hort.net Seasonal photo, (c) 2006 Christopher P. Lindsey, All Rights Reserved: do not copy
articles | gallery of plants | blog | tech blog | plant profiles | patents | mailing lists | top stories | links | shorturl service | tom clothier's archive0
Gallery of Plants
Tech Blog
Plant Profiles
Mailing Lists
    Search ALL lists
    Search help
    Subscription info
Top Stories
sHORTurl service
Tom Clothier's Archive
 Top Stories
New Trillium species discovered

Disease could hit Britain's trees hard

Ten of the best snowdrop cultivars

Plant protein database helps identify plant gene functions

Dendroclimatologists record history through trees

Potato beetle could be thwarted through gene manipulation

Hawaii expands coffee farm quarantine

Study explains flower petal loss

RSS story archive

Re: Tattoo


>In respect of hostas, I should think that a patent holder would be 
>somewhat at a disadvantage to sue someone for patent infringement. 
>Just imagine the burden of proof the patent holder would face.

I'm not a lawyer, but I do believe that there are some provisions in 
the patent laws that allows non-commerical growers to dispense with 
NATURAL increase.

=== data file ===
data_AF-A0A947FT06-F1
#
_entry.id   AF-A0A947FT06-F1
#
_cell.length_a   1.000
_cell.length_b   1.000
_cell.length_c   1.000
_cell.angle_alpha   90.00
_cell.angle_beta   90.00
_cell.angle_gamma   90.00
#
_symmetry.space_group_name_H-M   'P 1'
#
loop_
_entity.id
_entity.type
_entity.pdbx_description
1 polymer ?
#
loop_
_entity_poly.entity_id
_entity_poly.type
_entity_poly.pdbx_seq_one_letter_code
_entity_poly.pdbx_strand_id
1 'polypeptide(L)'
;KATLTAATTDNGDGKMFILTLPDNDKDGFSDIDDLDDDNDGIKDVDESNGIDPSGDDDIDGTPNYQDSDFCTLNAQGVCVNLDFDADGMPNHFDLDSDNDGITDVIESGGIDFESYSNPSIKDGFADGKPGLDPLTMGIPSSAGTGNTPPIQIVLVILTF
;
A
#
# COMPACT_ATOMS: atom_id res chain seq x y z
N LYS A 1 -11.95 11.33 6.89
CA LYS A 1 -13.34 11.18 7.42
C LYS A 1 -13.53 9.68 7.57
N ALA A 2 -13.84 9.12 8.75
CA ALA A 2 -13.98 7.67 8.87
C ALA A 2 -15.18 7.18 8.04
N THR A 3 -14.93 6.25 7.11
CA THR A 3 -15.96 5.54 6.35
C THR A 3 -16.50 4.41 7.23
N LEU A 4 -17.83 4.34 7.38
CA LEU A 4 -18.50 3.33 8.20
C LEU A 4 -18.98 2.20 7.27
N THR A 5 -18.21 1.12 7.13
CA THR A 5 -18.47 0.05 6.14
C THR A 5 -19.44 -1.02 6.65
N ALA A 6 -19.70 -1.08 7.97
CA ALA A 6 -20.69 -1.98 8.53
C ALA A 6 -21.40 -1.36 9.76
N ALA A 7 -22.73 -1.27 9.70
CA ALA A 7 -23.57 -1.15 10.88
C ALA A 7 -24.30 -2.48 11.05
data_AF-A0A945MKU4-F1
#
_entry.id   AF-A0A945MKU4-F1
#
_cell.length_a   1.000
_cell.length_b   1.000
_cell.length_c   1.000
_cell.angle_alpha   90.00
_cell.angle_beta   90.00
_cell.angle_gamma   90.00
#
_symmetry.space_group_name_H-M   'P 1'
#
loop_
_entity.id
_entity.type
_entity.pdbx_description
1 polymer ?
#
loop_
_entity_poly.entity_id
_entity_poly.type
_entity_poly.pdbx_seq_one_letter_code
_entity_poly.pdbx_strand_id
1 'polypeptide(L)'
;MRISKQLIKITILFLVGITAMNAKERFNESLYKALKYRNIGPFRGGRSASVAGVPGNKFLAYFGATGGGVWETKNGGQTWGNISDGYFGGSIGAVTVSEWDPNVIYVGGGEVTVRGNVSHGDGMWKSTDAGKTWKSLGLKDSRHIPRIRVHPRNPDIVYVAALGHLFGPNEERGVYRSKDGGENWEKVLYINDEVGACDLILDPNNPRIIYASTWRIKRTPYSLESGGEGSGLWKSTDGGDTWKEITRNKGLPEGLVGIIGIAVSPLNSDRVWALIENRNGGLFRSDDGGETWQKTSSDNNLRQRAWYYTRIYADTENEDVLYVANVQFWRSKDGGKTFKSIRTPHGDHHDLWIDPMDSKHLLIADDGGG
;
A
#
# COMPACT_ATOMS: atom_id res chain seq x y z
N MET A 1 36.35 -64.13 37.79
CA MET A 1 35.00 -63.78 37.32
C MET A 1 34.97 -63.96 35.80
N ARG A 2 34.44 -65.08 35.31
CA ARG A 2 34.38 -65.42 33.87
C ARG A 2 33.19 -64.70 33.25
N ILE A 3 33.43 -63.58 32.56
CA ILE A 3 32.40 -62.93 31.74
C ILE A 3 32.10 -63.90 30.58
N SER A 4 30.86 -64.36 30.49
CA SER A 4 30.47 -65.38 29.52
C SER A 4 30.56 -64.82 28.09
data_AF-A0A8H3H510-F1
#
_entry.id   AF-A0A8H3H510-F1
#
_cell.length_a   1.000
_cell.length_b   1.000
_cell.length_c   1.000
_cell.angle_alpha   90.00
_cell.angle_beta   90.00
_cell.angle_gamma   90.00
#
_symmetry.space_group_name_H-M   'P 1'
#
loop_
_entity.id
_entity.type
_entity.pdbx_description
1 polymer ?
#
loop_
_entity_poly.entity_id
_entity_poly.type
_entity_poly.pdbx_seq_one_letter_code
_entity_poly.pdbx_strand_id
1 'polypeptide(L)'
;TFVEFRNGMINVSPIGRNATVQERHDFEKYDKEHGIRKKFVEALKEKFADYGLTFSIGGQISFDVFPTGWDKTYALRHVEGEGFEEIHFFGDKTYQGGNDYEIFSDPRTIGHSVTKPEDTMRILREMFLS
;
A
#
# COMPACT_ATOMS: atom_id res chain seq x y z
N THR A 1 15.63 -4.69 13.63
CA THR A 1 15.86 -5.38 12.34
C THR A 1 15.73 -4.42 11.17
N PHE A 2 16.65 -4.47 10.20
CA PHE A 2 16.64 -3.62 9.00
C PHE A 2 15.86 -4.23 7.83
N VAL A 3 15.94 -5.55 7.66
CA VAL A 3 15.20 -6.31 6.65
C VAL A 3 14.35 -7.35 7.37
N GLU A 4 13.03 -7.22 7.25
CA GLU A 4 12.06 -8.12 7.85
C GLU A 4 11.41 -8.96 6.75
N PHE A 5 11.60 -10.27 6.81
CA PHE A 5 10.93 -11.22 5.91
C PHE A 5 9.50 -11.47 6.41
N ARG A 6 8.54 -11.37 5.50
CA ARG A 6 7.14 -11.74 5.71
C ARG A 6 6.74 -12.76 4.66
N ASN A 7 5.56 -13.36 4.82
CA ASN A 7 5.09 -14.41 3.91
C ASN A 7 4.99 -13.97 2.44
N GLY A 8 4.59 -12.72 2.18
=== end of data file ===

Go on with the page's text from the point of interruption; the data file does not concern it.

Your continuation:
A patent holder at best can only keep LARGE commerical growers from 
openly selling propagated stock.  If I am a patent holder I can check 
various catalogs and see if someone is selling my patented plant, but 
it is a constant vigilance.  I'm not sure too many hostas are worth 
the effort.  Cut flower lilies are routinely patented, but there the 
royalities can amount to hundreds of thousands of dollars, so it may 
be worth the effort.  If you patent a hosta YOU have to be the one who 
looks for the violators.  Unless you are talking big bucks it isn't 
worth it.

Joe Halinar

To sign-off this list, send email to majordomo@mallorn.com with the

 © 1995-2017 Mallorn Computing, Inc.All Rights Reserved.
Our Privacy Statement
Other Mailing lists | Author Index | Date Index | Subject Index | Thread Index